After nearly eight years and countless identities, blending in is easy. Now that someone has confessed to the murder she witnessed, Sloane’s been given her final identity. All she has to do is turn eighteen and coast through the last two months of her senior year without any complications, and she’ll be officially released from WITSEC. Piece of cake.

Then on her first day she runs into Jason Thomas—literally the boy next door from her childhood. She knows she shouldn’t have contact with him, but she doesn’t expect the feelings that come with seeing Jason again. Feelings of finally belonging somewhere, of remembering who she really is, and of suspicion that there’s more to the crime she witnessed than she ever knew.

Sloane knows the rule for this situation, but telling the Marshals about Jason would mean getting whisked away to yet another new identity, leaving both Jason and the future she’s painstakingly planned behind. If she can keep Jason a secret, Sloane has a chance to take back her life in a way that she never imagined possible. But doing so puts both their lives at risk: the closer Sloane gets to Jason, the more she remembers and the clearer it becomes that someone is still after her.

My thoughts

The Disappearance of Sloane Sullivan is a mystery thriller with some amazing twists that I never saw coming and it touches upon some pretty dark crimes, but on the whole it is quite a lighthearted book, focusing on interpersonal relationships, high-school drama, and romance. The Disappearance of Sloane Sullivan is an easy book to read and enjoy, with a likeable main protagonist and some intense relationships.

Sloane knows how to stay hidden in plain sight. This move and name change will be her nineteenth in eight years, ever since she witnessed a horrible crime and was forced to enter witness protection. Now Sloane is restarting her final year of high school, counting down the weeks until she will be finally free, but is thrown when one of the first people she meets is her childhood best friend, Jason Thomas. Sloane is convinced she can maintain her new identity to prevent having to move again, but staying means putting Jason in danger and risking her own future.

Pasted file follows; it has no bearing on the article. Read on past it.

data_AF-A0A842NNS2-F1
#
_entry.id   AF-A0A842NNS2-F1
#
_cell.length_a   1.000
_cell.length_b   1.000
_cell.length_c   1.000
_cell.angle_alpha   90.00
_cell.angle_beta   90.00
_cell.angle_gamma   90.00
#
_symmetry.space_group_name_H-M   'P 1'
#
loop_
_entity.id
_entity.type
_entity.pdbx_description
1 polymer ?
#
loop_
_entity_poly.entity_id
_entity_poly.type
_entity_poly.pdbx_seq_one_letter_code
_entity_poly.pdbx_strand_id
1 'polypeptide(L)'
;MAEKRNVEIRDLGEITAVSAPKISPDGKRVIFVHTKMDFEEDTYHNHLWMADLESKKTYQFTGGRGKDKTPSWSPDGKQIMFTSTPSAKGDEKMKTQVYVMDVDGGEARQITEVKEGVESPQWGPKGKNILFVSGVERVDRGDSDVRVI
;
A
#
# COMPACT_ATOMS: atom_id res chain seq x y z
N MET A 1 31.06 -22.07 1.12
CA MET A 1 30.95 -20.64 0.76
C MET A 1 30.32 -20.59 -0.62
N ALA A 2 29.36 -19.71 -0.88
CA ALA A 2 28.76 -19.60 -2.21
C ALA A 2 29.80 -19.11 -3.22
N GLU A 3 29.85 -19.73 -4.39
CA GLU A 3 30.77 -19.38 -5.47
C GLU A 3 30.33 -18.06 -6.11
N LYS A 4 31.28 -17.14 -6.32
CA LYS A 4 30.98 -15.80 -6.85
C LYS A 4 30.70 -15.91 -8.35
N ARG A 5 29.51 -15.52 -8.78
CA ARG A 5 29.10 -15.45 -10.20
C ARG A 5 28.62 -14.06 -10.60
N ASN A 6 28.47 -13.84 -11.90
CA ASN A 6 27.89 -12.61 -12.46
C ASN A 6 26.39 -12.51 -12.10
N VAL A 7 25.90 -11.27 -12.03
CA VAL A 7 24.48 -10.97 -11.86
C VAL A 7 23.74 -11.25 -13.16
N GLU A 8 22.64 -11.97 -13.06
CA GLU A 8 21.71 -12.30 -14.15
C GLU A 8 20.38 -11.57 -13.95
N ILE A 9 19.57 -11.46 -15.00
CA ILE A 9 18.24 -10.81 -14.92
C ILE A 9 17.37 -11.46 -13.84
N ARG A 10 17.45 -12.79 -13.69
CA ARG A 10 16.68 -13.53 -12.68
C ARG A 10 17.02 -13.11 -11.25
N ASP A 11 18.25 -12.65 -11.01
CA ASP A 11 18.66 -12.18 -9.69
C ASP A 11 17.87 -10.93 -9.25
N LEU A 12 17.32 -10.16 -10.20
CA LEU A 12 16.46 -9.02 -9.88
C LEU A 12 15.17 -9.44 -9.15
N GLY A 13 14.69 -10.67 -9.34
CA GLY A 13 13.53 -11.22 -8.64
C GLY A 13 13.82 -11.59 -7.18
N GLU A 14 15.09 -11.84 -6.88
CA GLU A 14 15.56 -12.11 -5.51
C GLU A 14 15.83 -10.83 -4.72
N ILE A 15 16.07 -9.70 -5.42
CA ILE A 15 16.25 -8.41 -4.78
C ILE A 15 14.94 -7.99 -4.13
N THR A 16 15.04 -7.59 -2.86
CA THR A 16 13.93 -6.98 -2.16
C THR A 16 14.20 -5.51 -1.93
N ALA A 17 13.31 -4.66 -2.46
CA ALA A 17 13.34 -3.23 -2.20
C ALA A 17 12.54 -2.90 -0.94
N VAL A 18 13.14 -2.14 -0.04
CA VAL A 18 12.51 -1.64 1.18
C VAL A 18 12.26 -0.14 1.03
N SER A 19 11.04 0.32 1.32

The Disappearance of Sloane Sullivan starts with a bang and a seriously awesome prologue. Immediately gripping and then downright clever, I was hooked right from the very first page and couldn’t wait to jump into the rest of the story. The details of Sloane’s life emerge slowly, woven through the story of Sloane starting yet another high school and through flashback snippets from the past eight years.

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Book Review: Zenn Diagram

zenn-diagram

Zenn Diagram – Wendy Brant – Kids Can Press – Published 4 April 2017

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Synopsis

Eva Walker is a seventeen-year-old math genius. And if that doesn’t do wonders for her popularity, there’s another thing that makes it even worse: when she touches another person or anything that belongs to them — from clothes to textbooks to cell phones — she sees a vision of their emotions. She can read a person’s fears and anxieties, their secrets and loves … and what they have yet to learn about calculus. This is helpful for her work as a math tutor, but it means she can never get close to people. Eva avoids touching anyone and everyone. People think it’s because she’s a clean freak — with the emphasis on freak — but it’s all she can do to protect herself from other people’s issues. 

Then one day a new student walks into Eva’s life. His jacket gives off so much emotional trauma that she falls to the floor. Eva is instantly drawn to Zenn, a handsome and soulful artist who also has a troubled home life, and her feelings only grow when she realizes that she can touch Zenn’s skin without having visions. But when she discovers the history that links them, the truth threatens to tear the two apart.

My thoughts

For some reason I knew I would love Zenn Diagram. Something about the synopsis just hit me and I knew I had to read it. Math genius – check. Paranormal abilities – check. Dark, foreboding secrets – check. And yet it surprised me by being even better than I imagined. It was a combination of everything I love in a YA romance.